Dept readies for purge of plastic waste

Dept readies for purge of plastic waste

Aims to clear parks of up to 3 million pieces

A total ban on one-use styrofoam boxes and plastic bags goes into effect at every national park in the country, starting Sunday, the birthday of Her Majesty the Queen. The aim is to prevent trash like this - a one-day rubbish collection on the road to Doi Suthep in Chiang Mai. (File photo).
A total ban on one-use styrofoam boxes and plastic bags goes into effect at every national park in the country, starting Sunday, the birthday of Her Majesty the Queen. The aim is to prevent trash like this - a one-day rubbish collection on the road to Doi Suthep in Chiang Mai. (File photo).

Come Sunday, a new Parks Department campaign will ban all styroform boxes and all plastic bags in all national parks, to prevent harmful mess like this.

"It is an ambitious plan. But we aim to reduce single-use plastic and styrofoam material by three million pieces. We want this campaign to become a model for other places to reduce plastic garbage, Jongklai Worapongsathorn, the DNP's deputy chief said yesterday.

Tourists will be banned from bringing in plastic bags, straws and utensils as well as styrofoam food boxes into the parks, Mr Jongklai said.

"If this causes inconvenience to tourists, we'll lend them cloth bags and other materials which are more friendly to the environment," said Mr Jongklai.

However, Mr Jongklai believed about 10 million people, including visitors and vendors, will go along with the campaign.

The department also plans to adopt measures to reuse and recycle garbage, hoping to make itself an example-setter in waste management.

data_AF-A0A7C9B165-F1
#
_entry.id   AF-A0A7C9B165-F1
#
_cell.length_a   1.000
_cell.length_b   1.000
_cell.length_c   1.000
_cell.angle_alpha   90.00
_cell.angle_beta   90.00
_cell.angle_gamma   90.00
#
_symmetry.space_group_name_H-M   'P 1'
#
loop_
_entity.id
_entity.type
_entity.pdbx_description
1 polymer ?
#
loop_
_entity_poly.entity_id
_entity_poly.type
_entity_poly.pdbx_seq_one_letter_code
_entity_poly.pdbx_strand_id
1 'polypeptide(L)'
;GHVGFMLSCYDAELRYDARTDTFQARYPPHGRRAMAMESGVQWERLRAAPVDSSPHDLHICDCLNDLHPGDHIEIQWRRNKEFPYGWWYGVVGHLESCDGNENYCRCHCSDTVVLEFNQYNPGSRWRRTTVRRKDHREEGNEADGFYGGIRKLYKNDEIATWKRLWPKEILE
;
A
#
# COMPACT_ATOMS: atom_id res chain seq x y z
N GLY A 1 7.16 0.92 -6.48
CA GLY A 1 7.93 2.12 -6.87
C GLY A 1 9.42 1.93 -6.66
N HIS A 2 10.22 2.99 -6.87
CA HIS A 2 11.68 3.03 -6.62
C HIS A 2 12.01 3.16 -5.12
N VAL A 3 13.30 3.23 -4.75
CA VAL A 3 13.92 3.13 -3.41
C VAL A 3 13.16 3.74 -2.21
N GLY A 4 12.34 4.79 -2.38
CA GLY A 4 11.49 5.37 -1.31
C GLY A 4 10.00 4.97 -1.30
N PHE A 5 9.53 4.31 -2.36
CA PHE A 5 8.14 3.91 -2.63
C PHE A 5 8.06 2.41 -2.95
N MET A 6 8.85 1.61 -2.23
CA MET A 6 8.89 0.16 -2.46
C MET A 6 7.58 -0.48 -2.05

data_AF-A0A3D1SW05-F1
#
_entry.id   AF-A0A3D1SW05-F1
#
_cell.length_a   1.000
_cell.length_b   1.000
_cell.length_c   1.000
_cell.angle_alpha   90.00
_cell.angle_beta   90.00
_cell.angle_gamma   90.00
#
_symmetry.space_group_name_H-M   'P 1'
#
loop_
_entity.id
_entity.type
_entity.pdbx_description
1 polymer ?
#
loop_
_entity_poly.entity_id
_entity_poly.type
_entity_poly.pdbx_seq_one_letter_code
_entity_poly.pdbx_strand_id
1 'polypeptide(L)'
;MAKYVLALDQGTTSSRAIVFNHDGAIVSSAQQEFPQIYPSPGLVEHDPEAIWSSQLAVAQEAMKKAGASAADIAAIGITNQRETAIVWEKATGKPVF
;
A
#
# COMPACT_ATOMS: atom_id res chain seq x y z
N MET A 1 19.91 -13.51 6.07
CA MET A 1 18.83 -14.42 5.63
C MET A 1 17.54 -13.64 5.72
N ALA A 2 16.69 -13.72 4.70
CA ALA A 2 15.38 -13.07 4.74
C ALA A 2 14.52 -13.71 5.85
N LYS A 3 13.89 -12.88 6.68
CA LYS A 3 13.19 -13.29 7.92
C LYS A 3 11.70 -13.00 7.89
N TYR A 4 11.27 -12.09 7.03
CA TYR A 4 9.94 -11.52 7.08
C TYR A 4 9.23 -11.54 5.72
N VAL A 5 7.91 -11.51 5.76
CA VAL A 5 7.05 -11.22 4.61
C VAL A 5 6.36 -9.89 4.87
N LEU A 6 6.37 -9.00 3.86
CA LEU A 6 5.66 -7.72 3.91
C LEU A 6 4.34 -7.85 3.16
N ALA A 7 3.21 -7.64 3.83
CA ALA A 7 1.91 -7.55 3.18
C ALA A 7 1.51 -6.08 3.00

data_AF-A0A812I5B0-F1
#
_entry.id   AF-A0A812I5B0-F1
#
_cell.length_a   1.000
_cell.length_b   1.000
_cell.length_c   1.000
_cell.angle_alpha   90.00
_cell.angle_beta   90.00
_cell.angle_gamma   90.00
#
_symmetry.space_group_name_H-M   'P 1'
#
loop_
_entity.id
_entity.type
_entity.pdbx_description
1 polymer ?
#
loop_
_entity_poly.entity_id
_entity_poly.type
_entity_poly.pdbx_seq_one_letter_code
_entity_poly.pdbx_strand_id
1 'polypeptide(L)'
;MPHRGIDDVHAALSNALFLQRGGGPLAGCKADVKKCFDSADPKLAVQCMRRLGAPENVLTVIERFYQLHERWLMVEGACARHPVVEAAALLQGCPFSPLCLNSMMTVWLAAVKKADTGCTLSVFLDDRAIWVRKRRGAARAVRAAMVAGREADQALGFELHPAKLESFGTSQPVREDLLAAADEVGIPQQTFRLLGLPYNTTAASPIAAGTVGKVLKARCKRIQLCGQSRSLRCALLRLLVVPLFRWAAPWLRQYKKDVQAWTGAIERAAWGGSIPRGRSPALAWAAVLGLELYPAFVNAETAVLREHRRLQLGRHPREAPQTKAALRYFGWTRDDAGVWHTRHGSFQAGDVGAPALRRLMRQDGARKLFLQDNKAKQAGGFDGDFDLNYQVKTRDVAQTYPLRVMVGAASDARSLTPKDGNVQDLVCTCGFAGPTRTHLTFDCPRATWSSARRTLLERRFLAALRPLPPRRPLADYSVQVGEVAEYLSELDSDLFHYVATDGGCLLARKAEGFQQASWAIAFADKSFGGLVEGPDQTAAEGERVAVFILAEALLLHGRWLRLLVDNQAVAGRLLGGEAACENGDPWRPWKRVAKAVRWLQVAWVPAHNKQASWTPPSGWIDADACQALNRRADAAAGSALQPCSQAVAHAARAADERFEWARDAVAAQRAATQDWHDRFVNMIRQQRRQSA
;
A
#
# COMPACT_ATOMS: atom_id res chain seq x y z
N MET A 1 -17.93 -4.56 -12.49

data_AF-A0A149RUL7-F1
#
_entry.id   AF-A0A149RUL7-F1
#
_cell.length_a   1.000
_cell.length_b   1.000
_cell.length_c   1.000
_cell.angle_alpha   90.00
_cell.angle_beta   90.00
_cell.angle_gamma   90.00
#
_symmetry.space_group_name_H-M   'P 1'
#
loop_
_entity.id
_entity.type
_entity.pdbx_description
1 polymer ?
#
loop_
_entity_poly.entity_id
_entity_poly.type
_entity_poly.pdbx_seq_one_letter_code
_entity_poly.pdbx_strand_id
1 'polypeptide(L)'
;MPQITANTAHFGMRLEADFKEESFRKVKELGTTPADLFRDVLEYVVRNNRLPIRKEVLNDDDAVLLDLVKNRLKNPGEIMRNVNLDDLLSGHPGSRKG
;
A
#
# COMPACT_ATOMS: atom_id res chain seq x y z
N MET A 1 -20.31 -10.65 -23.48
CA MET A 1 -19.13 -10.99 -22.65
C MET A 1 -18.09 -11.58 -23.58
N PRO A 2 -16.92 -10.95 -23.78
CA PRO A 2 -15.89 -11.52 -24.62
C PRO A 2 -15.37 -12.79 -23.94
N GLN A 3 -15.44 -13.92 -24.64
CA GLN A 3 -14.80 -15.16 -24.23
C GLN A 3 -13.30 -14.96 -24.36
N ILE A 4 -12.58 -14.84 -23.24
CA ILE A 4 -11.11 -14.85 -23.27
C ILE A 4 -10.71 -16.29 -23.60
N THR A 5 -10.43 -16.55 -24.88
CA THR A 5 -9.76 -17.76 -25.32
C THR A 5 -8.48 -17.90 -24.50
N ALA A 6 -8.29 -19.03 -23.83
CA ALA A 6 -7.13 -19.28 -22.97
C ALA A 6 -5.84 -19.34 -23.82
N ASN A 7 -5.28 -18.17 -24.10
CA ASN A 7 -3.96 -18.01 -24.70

The DNP oversees 154 national parks across the country, many of which are major tourist destinations that generate significant revenue. Up to 16 million tourists visit national parks annually, according to the DNP.

However, visitors do not only bring in cash, but rubbish, much of which are is bags and styrofoam food packages. Most of this waste is left in parks. Plastic bags and styrofoam take at least 500 years to decompose. thereby hurting the environment and animals.

At Khao Yai National Park, the most popular land-based park, officials are finding an increasing amount of wild animals having died of digestive system failure. Park officials have found most had pieces of plastic waste in their stomachs and intestines, Mr Jongklai said. Earlier this year, people were shocked after learning about the death of a male short-finned pilot whale, which had up to 80 plastic bags weighing 8 kilogrammes in its stomach.

According to the Pollution Control Department, Thailand generates two million tons of plastic waste a year, or 12% of the total garbage. Only 25% of plastic waste is properly disposed of, meaning the other 1.5 million is left polluting the environment.

Ocean Conservancy, a US-based environmental advocacy group, said in its 2015 report that Thailand, along with China, Indonesia, Vietnam and the Philippines, are responsible for more than half of the 8 million tonnes of plastic dumped into the world's oceans each year.


Do you like the content of this article?
COMMENT (28)

Phuket governor: Sri Panwa resort land ownership legal

PHUKET: The owner of Sri Panwa Phuket resort has legal title to the land, the provincial governor said on Wednesday, after the Department of Special Investigation (DSI) agreed to investigate the resort.

17:11

Govt to consider fresh stimulus measures to revive economy

The government is considering offering tax incentives to its middle and upper income groups to bolster consumption as part of new measures to revive an economy reeling under the impact of the coronavirus pandemic.

16:58

Thai workers leave for jobs in Israel

About 200 Thais left to work on farms in Israel on Wednesday on a flight arranged by the Labour Ministry, which declared the Covid-19 situation is "easing".

16:48